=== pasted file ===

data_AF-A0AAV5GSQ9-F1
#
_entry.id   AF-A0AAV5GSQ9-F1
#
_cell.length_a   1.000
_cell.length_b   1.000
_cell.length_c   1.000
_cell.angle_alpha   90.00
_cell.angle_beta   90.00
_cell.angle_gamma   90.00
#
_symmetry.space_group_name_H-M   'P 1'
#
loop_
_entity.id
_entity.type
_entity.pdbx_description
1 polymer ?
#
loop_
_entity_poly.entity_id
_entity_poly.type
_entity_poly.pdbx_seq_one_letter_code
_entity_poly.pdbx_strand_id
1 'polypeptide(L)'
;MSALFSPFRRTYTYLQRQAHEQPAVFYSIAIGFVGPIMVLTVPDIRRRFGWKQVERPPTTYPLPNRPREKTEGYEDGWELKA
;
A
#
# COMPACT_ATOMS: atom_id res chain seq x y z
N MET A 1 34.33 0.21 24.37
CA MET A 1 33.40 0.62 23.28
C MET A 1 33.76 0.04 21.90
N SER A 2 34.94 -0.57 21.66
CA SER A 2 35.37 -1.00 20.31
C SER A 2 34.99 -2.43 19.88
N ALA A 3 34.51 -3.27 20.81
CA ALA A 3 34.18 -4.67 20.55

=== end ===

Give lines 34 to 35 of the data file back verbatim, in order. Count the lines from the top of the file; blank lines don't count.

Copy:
N SER A 2 34.94 -0.57 21.66
CA SER A 2 35.37 -1.00 20.31